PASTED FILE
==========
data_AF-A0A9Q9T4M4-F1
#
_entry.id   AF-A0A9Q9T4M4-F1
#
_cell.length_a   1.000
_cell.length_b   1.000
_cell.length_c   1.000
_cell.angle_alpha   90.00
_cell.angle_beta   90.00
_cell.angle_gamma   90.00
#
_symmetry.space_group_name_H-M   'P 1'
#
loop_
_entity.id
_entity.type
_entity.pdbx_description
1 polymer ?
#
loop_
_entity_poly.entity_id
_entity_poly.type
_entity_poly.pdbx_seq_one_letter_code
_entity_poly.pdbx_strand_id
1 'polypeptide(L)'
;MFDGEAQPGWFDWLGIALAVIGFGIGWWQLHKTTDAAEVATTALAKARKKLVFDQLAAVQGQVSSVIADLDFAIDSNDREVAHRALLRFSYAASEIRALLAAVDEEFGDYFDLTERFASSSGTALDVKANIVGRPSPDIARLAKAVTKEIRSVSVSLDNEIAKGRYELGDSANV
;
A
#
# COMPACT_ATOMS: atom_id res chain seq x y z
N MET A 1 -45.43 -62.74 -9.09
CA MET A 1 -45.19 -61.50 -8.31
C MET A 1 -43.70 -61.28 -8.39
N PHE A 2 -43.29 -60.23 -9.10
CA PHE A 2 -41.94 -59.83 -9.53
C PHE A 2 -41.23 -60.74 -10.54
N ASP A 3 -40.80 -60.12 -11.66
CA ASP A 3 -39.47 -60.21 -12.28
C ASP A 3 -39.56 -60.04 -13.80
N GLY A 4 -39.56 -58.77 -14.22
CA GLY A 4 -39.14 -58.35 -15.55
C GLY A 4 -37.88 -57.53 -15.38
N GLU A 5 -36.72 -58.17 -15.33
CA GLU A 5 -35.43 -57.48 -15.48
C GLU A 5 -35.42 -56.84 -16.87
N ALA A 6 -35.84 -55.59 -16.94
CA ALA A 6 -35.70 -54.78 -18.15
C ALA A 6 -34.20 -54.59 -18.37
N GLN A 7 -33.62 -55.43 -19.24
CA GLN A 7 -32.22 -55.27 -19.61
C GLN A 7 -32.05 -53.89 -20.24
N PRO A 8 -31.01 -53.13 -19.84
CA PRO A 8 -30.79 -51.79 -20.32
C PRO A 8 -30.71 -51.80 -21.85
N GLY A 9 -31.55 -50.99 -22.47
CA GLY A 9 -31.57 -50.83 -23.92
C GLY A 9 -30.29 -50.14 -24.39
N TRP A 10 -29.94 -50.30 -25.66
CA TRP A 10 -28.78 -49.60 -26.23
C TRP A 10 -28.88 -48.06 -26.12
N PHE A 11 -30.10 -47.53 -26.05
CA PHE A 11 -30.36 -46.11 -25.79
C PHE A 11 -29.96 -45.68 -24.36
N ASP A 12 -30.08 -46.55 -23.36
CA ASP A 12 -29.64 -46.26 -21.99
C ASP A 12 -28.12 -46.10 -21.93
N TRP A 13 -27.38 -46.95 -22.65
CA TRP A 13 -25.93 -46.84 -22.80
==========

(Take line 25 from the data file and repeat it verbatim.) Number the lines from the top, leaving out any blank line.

1 'polypeptide(L)'